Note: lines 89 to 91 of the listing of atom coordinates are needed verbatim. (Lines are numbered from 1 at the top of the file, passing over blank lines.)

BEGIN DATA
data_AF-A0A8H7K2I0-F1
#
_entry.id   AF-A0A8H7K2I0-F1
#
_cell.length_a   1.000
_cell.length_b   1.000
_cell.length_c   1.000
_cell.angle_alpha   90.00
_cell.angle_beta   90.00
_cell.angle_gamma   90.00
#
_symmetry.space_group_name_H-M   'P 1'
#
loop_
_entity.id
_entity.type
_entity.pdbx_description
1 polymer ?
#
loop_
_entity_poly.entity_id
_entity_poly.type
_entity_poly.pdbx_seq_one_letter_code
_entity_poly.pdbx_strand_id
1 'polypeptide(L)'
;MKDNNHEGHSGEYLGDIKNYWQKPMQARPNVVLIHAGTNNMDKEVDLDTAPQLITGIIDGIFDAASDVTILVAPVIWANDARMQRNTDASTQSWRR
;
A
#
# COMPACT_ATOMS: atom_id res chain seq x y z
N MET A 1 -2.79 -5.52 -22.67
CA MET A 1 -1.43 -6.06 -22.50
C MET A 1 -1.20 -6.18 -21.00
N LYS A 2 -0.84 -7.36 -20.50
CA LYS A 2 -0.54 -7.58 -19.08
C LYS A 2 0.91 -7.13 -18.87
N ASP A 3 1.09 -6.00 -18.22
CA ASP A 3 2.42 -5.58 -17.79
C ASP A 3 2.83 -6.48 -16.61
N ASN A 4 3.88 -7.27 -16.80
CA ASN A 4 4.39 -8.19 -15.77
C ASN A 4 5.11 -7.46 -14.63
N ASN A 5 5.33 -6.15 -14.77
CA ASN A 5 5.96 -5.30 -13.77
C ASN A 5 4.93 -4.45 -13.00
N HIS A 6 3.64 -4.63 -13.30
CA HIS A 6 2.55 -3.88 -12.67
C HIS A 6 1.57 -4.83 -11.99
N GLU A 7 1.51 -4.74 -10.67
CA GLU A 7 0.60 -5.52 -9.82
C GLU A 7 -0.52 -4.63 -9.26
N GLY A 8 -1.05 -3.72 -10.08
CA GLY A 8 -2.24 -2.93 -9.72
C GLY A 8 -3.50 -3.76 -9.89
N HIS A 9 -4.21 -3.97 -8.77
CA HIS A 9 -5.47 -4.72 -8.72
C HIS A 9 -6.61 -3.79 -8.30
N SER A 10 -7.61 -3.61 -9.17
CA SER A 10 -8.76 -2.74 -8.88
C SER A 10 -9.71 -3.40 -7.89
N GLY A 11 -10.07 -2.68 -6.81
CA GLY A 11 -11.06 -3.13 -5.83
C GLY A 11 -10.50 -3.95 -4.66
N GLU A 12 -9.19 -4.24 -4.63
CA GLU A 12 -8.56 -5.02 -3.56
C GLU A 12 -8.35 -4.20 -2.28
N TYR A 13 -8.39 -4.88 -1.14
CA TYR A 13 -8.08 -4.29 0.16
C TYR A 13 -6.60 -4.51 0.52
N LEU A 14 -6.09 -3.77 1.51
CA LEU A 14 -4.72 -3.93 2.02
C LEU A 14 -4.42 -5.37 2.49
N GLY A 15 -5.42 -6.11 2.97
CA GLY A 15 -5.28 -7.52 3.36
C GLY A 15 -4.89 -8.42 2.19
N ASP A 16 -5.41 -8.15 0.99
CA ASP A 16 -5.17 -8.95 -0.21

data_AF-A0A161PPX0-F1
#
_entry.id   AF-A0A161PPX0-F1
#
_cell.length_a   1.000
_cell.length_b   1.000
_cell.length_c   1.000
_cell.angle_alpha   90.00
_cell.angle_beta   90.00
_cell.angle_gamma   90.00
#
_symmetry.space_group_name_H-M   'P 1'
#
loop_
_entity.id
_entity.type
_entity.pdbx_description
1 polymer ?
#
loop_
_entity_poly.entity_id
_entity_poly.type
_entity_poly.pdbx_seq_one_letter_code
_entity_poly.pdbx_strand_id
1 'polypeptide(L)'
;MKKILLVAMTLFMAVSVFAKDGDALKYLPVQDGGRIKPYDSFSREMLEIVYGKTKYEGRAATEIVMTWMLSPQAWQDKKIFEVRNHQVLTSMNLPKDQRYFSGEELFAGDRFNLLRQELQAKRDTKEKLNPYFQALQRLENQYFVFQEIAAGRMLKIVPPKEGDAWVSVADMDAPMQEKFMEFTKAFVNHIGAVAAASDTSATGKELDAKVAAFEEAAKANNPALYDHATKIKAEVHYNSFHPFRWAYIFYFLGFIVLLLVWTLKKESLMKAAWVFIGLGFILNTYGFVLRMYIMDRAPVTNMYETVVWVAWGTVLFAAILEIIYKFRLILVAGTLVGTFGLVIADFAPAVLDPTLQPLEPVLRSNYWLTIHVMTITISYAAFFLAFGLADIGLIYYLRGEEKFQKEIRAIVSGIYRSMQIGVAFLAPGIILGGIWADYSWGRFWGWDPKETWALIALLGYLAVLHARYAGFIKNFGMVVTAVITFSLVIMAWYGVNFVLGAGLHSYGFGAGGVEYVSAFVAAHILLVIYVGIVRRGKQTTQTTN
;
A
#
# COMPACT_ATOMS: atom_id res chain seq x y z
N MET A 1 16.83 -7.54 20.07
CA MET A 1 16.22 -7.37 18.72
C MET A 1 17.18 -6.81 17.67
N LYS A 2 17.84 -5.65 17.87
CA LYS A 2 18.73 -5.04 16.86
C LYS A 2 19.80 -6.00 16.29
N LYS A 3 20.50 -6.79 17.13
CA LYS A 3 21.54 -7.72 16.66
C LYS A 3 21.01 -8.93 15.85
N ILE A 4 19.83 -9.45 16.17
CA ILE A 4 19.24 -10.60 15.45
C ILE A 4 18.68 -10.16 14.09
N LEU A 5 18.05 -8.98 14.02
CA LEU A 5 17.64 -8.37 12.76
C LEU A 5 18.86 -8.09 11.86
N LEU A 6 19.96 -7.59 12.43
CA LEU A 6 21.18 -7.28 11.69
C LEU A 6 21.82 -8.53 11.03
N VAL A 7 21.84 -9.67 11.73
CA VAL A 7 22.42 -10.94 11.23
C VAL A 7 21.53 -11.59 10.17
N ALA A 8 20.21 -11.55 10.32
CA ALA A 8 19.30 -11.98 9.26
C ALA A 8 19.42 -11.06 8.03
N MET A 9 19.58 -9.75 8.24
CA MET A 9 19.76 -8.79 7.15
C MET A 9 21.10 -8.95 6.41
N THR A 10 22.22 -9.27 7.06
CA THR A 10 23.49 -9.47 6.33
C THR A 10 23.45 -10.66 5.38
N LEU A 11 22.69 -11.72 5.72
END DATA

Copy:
_symmetry.space_group_name_H-M   'P 1'
#
loop_